FINDLAY, Ohio–Unionized workers at Cooper Tire & Rubber Co. have a new four-year labor agreement after previously turning down a proposed settlement.
Negotiators from Local 207L of the United Steelworkers union and the company hammered out a second deal after workers voted down an earlier proposed settlement.
This new agreement, ratified by a vote of 496-180, provides important language that gives new workers a "progressive tier" that increases their pay over three years, Local 207L President Brian Brubaker said during a March 25 telephone interview.
Installing language into the contract that allows these newer employees to get to 100 percent of the salary of more established workers has been an important issue for the union, he said.
"We just went back to the table and expressed our concerns on a few items," Brubaker said.
The union president was hesitant to talk in great detail about contract specifics, but he did indicate that the four-year agreement does provide for wage increases for all union members. The new contact covers about 800 workers at the Findlay tire plant.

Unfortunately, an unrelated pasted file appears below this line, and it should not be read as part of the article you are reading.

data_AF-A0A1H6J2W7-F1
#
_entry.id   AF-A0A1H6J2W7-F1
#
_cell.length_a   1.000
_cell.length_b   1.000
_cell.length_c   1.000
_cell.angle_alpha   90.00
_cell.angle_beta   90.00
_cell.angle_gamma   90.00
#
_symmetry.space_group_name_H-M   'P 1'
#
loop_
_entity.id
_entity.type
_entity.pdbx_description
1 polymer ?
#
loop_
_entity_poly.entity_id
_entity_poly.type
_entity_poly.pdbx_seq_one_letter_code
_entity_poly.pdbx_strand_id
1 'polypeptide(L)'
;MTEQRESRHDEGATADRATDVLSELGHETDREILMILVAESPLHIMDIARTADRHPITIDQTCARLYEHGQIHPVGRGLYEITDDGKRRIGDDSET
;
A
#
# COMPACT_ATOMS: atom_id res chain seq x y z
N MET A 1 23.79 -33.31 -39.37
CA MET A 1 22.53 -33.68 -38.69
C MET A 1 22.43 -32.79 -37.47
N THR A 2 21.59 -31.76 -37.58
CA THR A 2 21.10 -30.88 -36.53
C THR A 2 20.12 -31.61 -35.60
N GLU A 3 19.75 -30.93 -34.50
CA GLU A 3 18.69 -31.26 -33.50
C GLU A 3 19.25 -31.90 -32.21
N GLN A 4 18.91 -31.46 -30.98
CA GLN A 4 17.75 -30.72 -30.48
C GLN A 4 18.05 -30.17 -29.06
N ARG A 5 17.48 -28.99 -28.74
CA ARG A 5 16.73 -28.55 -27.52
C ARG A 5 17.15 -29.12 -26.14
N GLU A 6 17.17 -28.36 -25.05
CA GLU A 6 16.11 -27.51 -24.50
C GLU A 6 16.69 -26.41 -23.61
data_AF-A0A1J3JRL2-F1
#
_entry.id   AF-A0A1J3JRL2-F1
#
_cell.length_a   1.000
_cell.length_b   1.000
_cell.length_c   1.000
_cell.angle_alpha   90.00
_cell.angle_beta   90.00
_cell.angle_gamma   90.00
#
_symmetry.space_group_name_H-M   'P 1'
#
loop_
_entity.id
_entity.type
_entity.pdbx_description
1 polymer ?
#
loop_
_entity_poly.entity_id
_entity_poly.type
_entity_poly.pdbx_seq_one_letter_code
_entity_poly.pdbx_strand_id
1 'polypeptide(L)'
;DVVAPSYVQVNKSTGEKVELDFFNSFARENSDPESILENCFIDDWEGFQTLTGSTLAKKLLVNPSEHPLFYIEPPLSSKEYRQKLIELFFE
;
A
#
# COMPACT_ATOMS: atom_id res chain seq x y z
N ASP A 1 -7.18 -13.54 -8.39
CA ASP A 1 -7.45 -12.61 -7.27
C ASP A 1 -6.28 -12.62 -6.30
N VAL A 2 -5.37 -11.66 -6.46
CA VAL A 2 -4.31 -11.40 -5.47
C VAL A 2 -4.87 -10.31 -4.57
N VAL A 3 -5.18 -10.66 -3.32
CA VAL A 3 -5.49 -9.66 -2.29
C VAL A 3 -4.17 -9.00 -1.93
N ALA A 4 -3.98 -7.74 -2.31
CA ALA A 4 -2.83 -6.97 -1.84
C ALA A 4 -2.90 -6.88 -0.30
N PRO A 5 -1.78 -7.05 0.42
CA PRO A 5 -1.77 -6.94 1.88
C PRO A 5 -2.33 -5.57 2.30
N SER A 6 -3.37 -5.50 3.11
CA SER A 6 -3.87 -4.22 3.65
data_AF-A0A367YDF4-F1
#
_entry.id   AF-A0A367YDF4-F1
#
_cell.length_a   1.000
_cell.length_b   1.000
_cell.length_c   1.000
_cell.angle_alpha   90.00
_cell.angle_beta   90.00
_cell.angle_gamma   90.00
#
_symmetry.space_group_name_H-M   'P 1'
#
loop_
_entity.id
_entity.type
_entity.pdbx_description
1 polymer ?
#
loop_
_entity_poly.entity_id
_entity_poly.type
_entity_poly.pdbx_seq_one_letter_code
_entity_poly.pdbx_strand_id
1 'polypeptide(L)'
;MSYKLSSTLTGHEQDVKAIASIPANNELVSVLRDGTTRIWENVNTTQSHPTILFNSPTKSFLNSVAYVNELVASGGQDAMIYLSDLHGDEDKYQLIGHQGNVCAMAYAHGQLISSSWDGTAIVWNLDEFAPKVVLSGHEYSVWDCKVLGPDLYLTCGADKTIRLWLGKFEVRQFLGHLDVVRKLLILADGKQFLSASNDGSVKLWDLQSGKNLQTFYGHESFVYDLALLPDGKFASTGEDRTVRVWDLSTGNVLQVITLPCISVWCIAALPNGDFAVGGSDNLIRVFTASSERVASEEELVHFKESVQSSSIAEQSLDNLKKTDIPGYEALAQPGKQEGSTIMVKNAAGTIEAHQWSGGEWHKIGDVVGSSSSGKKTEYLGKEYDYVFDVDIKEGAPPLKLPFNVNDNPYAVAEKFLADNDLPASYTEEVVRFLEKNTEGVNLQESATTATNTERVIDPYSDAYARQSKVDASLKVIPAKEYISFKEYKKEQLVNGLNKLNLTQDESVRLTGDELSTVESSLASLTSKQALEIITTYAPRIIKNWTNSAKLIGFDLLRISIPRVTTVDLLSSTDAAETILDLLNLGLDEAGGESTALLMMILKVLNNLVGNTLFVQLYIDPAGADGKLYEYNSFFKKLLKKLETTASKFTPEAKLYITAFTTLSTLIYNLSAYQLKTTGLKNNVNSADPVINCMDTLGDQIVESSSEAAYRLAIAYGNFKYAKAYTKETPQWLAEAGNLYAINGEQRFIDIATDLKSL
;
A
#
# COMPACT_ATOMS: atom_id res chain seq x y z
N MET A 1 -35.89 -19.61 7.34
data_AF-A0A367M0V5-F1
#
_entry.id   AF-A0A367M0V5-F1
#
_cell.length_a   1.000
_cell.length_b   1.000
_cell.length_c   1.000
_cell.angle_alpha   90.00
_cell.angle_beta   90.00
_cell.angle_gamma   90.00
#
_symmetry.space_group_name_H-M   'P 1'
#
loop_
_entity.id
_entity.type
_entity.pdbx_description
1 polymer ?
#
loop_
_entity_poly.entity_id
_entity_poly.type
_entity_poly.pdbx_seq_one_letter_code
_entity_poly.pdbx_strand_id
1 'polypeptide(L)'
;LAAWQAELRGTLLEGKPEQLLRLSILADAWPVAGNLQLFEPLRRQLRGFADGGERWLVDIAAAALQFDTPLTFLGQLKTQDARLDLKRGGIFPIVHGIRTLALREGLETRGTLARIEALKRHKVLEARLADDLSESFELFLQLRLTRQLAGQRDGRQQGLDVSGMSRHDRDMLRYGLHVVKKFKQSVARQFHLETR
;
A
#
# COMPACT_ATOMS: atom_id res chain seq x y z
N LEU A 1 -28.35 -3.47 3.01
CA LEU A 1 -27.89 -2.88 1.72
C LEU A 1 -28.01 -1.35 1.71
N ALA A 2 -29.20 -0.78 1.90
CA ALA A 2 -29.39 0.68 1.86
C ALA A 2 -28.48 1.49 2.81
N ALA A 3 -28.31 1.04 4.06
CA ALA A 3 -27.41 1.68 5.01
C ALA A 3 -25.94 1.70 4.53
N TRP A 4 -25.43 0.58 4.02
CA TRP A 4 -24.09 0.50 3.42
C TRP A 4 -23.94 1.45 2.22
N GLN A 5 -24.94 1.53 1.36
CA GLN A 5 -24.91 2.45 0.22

Plant Manager Jeff Kamm said in a statement that the new deal required "much hard work and a thoughtful negotiation process by both the USW and company representatives."
Union members previously voted 427-253 against an earlier proposed settlement in early March. The two sides then returned to the negotiating table an estimated four times to reach a new accord, Brubaker said.
Workers remained on the job working under terms of a contract that expired Feb. 28 as negotiations took place. Talks started in mid-January and the two sides struck that initial proposed agreement in late February.
Cooper is the fifth-largest tire manufacturer in North America, with 4.8-percent of the $48 billion market last year, according to the recently published Tire Business annual Market Data Book. Globally, the company ranks No. 13 with sales of $2.8 billion in 2018.
The Findlay plant dates to 1914 and has an estimated capacity to make 18,000 units per day. Cooper also has manufacturing sites in Texarkana, Ark., and Tupelo, Miss. The Findlay location is the smallest of the three in terms of production as the Arkansas location has an estimated capacity of 26,000 units per day, and the Mississippi site has an estimated capacity of 37,000 tires per day, according to the Rubber & Plastics News Global Tire Report.